In 2012, Buckley married Dr. Katherine "Katy" Close,[16] daughter of Anne Springs and William Close of Springs Industries. Dr. Close is a physician with advanced degrees in public health from the Johns Hopkins Bloomberg School of Public Health, and in tropical medicine from the London School of Hygiene & Tropical Medicine.[17] Dr. Close has volunteered at the Hôpital Albert Schweitzer in Haiti for nearly a decade, and she was among a group of physicians recruited to respond to the Ebola outbreak in Liberia.[18] Dr. Close also sits on the Board of Directors for AmeriCares and Outward Bound. She has four children.

BibliographyEdit

Satirical novelsEdit

Political satireEdit

Historical satireEdit

  • The Relic Master (2015)
  • The Judge Hunter (2018)

Films based on novelsEdit

  • Thank You for Smoking (2006) (Directed by Jason Reitman, Screenplay also by Reitman)
  • Little Green Men (In development) (Screenplay by Sean Bates and Gregory Mackenzie)
  • Boomsday (In development) Screenwriters Ron Bass and Jen Smolka have adapted the novel into a screenplay. Tom Vaughan was set to direct the film in early 2011 for GreeneStreet Films and Das Films

TraveloguesEdit

  • Steaming to Bamboola – The World of a Tramp Freighter (1983)
  • Washington Schlepped Here: Walking in the Nation's Capital (2003)

OtherEdit

External video
  Booknotes interview with Buckley on Wry Martinis, May 4, 1997, C-SPAN
  • My Harvard, My Yale (1981) (contributor, segment "Stoned in New Haven") (university biography)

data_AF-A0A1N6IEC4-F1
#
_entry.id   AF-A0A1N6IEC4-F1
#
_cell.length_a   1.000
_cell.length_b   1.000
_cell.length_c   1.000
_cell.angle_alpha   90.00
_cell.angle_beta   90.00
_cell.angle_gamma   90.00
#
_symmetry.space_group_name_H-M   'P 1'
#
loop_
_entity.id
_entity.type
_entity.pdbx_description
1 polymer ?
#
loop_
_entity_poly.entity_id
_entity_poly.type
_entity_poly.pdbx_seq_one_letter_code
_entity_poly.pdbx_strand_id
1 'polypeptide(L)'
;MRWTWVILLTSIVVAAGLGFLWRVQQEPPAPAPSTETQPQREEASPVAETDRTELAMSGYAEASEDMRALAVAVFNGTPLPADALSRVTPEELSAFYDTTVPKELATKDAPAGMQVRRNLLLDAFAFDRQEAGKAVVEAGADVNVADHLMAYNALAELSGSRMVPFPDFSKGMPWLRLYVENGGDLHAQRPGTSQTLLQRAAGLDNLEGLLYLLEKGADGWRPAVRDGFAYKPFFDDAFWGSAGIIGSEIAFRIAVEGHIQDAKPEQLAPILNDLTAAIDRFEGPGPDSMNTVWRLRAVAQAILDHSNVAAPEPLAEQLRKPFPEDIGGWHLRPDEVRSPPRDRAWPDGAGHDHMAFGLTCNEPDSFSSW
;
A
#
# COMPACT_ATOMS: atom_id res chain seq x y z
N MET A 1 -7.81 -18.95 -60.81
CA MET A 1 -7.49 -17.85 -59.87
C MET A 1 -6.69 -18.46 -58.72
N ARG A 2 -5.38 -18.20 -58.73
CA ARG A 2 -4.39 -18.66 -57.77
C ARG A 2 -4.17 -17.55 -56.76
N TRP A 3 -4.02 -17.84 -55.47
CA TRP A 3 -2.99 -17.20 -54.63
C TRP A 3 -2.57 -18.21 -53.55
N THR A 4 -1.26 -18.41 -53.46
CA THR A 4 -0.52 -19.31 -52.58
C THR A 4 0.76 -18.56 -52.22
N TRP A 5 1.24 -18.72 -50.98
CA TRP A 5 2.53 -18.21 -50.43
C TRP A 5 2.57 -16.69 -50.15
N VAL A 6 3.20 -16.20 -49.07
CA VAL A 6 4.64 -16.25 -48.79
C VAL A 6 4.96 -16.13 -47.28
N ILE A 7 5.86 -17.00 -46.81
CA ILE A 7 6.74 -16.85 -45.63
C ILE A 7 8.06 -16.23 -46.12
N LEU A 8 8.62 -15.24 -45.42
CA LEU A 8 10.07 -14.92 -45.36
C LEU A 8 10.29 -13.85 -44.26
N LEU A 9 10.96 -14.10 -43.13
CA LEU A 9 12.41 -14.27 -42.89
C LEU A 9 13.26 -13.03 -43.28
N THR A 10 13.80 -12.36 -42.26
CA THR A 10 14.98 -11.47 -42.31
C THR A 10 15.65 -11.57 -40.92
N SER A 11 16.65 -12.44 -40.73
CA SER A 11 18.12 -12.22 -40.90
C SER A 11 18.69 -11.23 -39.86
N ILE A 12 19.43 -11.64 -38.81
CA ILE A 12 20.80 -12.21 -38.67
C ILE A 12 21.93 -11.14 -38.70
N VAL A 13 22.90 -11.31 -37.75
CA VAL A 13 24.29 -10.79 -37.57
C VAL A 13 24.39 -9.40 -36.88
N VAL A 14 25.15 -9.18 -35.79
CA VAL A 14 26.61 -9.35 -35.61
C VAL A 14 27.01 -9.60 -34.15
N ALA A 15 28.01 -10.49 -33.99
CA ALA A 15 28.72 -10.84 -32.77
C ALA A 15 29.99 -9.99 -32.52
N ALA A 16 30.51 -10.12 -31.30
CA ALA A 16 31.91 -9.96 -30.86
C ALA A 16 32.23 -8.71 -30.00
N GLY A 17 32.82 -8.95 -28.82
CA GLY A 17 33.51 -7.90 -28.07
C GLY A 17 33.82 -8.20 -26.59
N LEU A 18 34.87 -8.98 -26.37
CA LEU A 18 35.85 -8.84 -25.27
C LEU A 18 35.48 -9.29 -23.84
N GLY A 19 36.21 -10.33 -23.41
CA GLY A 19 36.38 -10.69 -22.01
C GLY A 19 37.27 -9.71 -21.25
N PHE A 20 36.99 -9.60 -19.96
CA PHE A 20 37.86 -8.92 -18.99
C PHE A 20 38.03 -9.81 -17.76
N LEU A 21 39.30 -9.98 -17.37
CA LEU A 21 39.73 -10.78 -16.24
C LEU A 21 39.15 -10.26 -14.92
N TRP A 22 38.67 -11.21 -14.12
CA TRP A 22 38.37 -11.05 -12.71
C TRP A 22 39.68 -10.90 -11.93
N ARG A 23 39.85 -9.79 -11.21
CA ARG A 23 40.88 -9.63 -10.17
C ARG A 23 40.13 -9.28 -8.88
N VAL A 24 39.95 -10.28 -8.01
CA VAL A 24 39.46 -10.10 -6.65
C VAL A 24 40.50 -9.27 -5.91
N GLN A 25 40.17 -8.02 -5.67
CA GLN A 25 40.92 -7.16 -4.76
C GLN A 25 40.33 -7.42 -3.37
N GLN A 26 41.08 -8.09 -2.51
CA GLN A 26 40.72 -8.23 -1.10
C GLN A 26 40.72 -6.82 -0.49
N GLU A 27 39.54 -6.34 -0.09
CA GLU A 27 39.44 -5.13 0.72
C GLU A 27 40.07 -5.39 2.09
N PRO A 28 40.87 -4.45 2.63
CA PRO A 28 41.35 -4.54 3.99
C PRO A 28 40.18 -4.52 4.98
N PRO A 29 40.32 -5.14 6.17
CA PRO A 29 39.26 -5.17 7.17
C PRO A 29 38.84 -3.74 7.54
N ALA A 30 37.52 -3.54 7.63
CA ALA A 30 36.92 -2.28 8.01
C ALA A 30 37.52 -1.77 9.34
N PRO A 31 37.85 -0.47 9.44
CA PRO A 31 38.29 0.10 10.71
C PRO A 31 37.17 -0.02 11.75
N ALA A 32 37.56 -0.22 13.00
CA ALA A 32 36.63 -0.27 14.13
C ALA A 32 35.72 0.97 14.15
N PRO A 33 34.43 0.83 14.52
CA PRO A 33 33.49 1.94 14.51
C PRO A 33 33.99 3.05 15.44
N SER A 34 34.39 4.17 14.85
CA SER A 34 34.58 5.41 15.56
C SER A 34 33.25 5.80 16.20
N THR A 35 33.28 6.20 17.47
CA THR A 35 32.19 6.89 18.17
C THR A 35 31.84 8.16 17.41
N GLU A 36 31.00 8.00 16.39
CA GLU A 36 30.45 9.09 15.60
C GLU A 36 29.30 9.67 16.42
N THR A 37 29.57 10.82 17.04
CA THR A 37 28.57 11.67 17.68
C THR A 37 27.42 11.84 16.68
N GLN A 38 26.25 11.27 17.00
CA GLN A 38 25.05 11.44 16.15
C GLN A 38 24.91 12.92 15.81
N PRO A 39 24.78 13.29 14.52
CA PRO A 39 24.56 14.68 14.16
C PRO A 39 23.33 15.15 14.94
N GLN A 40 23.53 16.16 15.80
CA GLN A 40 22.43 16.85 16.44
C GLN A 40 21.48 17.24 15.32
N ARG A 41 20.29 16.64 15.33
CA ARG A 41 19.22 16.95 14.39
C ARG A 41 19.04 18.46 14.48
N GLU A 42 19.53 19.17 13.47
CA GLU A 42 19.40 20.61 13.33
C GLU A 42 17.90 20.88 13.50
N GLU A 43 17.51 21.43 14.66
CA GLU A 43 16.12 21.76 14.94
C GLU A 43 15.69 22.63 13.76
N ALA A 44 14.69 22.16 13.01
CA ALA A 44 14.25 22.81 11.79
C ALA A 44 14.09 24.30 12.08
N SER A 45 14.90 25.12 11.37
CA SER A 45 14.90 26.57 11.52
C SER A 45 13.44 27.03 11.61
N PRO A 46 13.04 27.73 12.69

• Campion: A Play in Two Acts (1990) (written with James Macguire) (play)
  • Wet Work (1991) (novel)
  • Wry Martinis (1997) (collected humor and journalism)
  • Losing Mum and Pup: A Memoir (2009) ISBN 0-446-54094-3 (Biographical)
  • But Enough About You: Essays (May 6, 2014) Simon & Schuster ISBN 978-1476749518
  • Eulogy to Christopher Hitchens (The New Yorker)

ReferencesEdit

  1. ^ "Profile: Christopher Buckley", Forum on Law, Culture, and Society, Dir. Thane Rosenbaum
  2. ^ "Christopher Buckley". Christopher Buckley. Retrieved 2015-07-26.
  3. ^ Goldman, Andrew (September 5, 2008). "Mr. Right". Elle. Archived from the original on May 25, 2010. Retrieved September 19, 2010.
  4. ^ "Yale Class Day Speaker: Christopher Buckley" Archived 2012-07-12 at Archive.is, Yale University, Office of Public Affairs and Communications, May 24, 2009
  5. ^ Robbins, Alexandra (2002). Secrets of the Tomb: Skull and Bones, the Ivy League, and the Hidden Paths of Power. Boston: Little, Brown. ISBN 0-316-72091-7.
  6. ^ McDowell, Edwin (16 April 1986). "2 Buckleys Become Best Sellers". The New York Times. Retrieved 25 April 2015. The author's insights into the corridors of power were acquired during the year and a half he spent as a speech writer for Vice President Bush, starting in 1981.
  7. ^ "Sorry, Dad, I'm Voting for Obama". The Daily Beast. Retrieved 2009-02-04.
  8. ^ Chris Matthews, Christopher Buckley (2008-10-14). Hardball (Javascript) (Television). New York City: MSNBC. Retrieved 2008-10-14.
  9. ^ Beach, Patrick (October 14, 2008). "A little scoop on Christopher Buckley". The Reader. Archived from the original on October 14, 2008. Retrieved 2008-10-14.
  10. ^ "Christopher Buckley". The Daily Beast. Retrieved 2009-02-04.
  11. ^ "Questions for Christopher Buckley: The Right Stuff," Deborah Solomon, The New York Times Magazine, October 23, 2008.
  12. ^ "C. T. Buckley to Marry Lucy S. Gregg". The New York Times. 1984-10-07.
  13. ^ Argetsinger, Amy; Roberts, Roxanne (2008-10-08). "Chris Buckley's Child-Support Saga Continues". Washington Post. Retrieved 2008-10-15.
  14. ^ Gregorian, Dareh (2008-10-02). "Not One 'Buck'ley for You!". NY Post. Retrieved 2008-10-02.
  15. ^ http://www.christopherbuckley.com/bio.html
  16. ^ "Historic Wedding". New York Post. 13 October 2012. Retrieved 3 May 2013.
  17. ^ http://www.americares.org/en/about-us/leadership/board/katy-close/
  18. ^ http://www.americares.org/en/newsroom/news/2015/close-joins-americares-board/

External linksEdit